Systemic changes to our economy and socio-demographic workforce factors are rendering some past approaches to protecting workers ineffective. Increasingly, employers face tighter profit margins, demanding timelines and global completion. Workers and employers must navigate new types of work arrangements, the aging of the workforce, high levels of work-related stress, and the growing challenges of both work and home life. Many public safety employers continue to confront the legacy hazards of the traditional workplace, such as traumatic injury, chemical exposures, and shift work. At the same time, scientific evidence now supports what many safety and health professionals, as well as workers themselves, have long suspected—that risk factors in the workplace can contribute to common health problems previously considered unrelated to work.
Total Worker Health promotes the integration of occupational safety and health (OSH) protection with workplace policies, programs, and practices to prevent injury and illness and advance overall health and well-being through research, interventions, partnerships, and capacity-building to meet the needs of the 21st century workforce. Evidence suggests that integrating occupational safety and health protection program activities with health promotion program activities may be more effective for safeguarding worker safety, health, and well-being than either of these programmatic activities on their own (Sorensen et al, 2013; NIOSH, 2012; DeJoy, 1993; Sauter, 2013). Despite these developments, there is need for continued research to better understand the benefits of integrated approaches to prevention and to promote more comprehensive intervention, especially among certain occupations and industries.
According to the NFPA, 73% of fire departments do not have a program to maintain basic fire fighter fitness and health, such as is encouraged by NFPA 1500, Standard on Fire Department Occupational Safety and Health Program [NFPA, 2016]. Although the number of Total Worker Health® programs in other Public Safety sub-sectors (law enforcement, corrections, and emergency medical services) is not known, it is anticipated there are few agencies with active and effective programs that emphasize Total Worker Health® and it is likely that participation in many of these programs is voluntary. Studies have shown positive correlations between programs on health-related behavior and medical cost outcomes, evidence for positive effects on diet, exercise, smoking, alcohol use, physiologic markers and healthcare costs and various studies with Public Safety departments and agencies have shown similar findings as well [Bower 2013; Kuehl et al. 2013, 2016; Mabry et al. 2013].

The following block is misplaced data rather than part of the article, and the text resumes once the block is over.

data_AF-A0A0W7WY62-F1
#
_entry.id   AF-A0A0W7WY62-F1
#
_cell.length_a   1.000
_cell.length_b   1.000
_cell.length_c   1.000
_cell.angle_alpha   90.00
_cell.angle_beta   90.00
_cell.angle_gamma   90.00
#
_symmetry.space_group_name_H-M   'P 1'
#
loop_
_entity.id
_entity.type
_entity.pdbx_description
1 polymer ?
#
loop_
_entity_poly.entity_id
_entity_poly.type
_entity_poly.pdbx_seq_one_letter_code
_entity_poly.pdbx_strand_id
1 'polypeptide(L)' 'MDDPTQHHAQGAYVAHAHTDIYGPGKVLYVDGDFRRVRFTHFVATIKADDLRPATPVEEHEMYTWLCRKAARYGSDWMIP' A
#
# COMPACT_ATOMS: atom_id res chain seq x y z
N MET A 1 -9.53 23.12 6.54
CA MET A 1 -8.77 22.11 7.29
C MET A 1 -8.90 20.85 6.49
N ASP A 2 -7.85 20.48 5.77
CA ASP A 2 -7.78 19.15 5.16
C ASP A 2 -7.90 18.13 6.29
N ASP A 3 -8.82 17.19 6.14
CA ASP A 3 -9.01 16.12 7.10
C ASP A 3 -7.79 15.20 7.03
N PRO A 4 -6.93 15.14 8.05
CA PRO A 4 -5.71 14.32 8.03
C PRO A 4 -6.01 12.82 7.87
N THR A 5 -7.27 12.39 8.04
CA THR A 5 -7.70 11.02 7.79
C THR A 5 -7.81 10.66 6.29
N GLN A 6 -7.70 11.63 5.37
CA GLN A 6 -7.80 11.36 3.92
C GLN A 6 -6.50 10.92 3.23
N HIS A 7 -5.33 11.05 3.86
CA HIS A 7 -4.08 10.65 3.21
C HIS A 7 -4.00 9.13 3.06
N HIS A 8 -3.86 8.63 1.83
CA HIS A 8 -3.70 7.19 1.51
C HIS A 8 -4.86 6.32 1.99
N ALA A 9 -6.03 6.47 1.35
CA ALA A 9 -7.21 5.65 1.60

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Boffa JW, Stanley IH, Hom, MA, Norr AM, Joiner . PTSD symptoms and suicidal thoughts and behaviors among firefighters. J Psych Res 84:277-283.
Bower J . Correctional officer wellness and safety literature review. Washington, D.C.: U.S. Department of Justice Office of Justice Programs Diagnostic Center. Retrieved from www.ojpdiagnosticcenter.org/sites/default/files/spotlight/download/NDC_CorrectionalOfficerWellnessSafety_LitReview.pdfpdf iconexternal icon
Bucerius, SM, and Haggerty, KD . Fentanyl behind bars: The implications of synthetic opiates on prisoners and correctional officers. International Journal of Drug Policy 71:133-138.
Carlier IV, Lamberts RD and Gersons BP . Risk factors for posttraumatic stress symptomology in police officers: A prospective analysis. J Nerv and Ment Disord 185:498-506.
Carey MG, Al-Zaiti SS, Dean GE, Sessanna L, Finnell DS . Sleep problems, depression, substance use, social bonding, and quality of life in professional firefighters. JOEM 53(8): 928-33.
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Martin CE, Vujanovic AA, Paulus DJ, Bartlett B, Gallagher MW, Tran JK . Alcohol use and suicidality in firefighters: associations with depressive symptoms and posttraumatic stress. Compr Psychiatry 74:44-52.
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Note: Goal 7.14 was expanded to include opioid misuse and illicit drugs in October 2019.